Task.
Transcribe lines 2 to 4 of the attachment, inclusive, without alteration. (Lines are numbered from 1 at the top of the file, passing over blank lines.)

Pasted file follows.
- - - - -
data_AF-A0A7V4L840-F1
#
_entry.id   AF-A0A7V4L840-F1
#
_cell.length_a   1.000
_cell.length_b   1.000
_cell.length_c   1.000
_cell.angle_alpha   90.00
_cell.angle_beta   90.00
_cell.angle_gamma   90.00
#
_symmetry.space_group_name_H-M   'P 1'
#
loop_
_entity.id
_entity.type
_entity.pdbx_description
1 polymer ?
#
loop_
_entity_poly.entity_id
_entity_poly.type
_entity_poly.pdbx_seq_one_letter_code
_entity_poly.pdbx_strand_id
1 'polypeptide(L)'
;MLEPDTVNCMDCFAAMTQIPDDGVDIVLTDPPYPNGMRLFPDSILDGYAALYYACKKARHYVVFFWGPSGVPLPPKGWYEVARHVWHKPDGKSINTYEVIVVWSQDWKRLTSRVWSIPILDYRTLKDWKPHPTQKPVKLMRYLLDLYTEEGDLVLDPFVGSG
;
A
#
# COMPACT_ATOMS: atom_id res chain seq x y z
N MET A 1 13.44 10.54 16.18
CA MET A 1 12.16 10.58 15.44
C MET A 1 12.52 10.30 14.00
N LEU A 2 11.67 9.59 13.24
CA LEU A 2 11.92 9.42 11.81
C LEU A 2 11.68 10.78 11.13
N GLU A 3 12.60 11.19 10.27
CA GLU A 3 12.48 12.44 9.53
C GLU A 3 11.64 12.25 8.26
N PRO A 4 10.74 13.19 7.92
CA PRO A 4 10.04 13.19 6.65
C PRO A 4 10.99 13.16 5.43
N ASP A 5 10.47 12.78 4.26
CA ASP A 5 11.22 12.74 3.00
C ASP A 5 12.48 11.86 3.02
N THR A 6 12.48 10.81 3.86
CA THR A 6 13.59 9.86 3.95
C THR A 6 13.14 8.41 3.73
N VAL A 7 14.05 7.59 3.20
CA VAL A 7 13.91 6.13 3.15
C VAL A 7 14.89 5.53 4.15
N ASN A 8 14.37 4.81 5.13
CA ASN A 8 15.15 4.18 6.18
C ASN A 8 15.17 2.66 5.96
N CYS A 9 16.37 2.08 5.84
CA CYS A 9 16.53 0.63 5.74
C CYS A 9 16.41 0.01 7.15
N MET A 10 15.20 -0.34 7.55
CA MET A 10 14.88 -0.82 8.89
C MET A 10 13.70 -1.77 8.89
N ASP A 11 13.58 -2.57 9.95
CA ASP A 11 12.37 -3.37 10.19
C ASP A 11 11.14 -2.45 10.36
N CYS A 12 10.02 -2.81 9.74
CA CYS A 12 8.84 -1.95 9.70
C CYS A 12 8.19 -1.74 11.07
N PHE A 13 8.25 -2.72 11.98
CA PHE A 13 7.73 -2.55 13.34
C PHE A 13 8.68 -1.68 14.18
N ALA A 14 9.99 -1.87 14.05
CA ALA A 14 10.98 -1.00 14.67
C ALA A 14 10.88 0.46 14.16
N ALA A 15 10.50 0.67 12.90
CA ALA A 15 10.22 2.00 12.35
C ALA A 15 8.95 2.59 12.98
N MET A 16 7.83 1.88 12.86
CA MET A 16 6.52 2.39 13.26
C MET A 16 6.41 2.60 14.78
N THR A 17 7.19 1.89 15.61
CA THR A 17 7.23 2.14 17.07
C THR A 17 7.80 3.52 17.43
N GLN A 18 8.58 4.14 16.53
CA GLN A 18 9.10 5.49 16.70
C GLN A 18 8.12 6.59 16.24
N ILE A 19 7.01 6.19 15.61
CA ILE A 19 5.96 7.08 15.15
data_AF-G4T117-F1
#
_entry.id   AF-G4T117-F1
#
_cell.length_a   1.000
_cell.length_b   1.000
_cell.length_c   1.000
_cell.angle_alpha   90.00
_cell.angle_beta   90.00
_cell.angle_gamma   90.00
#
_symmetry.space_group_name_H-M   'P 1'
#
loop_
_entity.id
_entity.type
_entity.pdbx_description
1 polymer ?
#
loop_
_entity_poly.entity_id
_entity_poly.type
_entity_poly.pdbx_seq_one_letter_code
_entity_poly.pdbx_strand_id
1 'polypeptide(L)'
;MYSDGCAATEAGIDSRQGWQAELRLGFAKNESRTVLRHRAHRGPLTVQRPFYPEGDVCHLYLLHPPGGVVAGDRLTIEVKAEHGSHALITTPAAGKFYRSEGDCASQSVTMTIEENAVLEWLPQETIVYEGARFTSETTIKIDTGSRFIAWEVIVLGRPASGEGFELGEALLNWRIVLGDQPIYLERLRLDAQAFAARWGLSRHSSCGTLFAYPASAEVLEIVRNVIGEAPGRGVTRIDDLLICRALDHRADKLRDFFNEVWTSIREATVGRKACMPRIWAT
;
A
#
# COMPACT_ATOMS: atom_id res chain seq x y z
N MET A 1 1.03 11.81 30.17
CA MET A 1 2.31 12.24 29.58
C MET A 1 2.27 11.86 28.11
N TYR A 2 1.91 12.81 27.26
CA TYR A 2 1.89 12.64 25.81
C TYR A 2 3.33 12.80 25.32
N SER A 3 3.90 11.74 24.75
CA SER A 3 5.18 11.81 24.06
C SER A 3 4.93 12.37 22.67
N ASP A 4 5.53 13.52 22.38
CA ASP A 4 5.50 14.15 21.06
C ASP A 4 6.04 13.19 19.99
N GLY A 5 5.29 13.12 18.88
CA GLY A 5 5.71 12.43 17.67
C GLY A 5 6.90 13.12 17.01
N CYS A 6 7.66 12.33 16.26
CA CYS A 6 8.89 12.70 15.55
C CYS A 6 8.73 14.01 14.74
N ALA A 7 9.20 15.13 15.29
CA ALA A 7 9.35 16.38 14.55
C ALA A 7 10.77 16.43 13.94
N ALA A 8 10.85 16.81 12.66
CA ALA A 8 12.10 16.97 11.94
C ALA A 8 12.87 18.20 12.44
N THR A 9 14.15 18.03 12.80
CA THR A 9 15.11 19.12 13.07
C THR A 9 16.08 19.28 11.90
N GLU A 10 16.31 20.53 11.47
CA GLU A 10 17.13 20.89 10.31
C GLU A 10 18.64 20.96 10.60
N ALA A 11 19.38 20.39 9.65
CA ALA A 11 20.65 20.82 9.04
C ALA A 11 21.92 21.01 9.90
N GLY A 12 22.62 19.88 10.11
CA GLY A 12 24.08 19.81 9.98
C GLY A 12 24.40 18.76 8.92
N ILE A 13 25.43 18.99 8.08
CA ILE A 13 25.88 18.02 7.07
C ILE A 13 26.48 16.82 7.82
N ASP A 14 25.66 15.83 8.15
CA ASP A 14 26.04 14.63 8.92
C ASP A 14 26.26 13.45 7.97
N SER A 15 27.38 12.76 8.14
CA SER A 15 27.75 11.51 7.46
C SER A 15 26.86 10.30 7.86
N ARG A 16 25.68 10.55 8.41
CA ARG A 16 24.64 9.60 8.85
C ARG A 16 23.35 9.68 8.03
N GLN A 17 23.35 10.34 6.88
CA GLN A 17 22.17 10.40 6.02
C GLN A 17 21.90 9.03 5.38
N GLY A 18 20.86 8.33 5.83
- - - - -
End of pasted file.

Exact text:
#
_entry.id   AF-A0A7V4L840-F1
#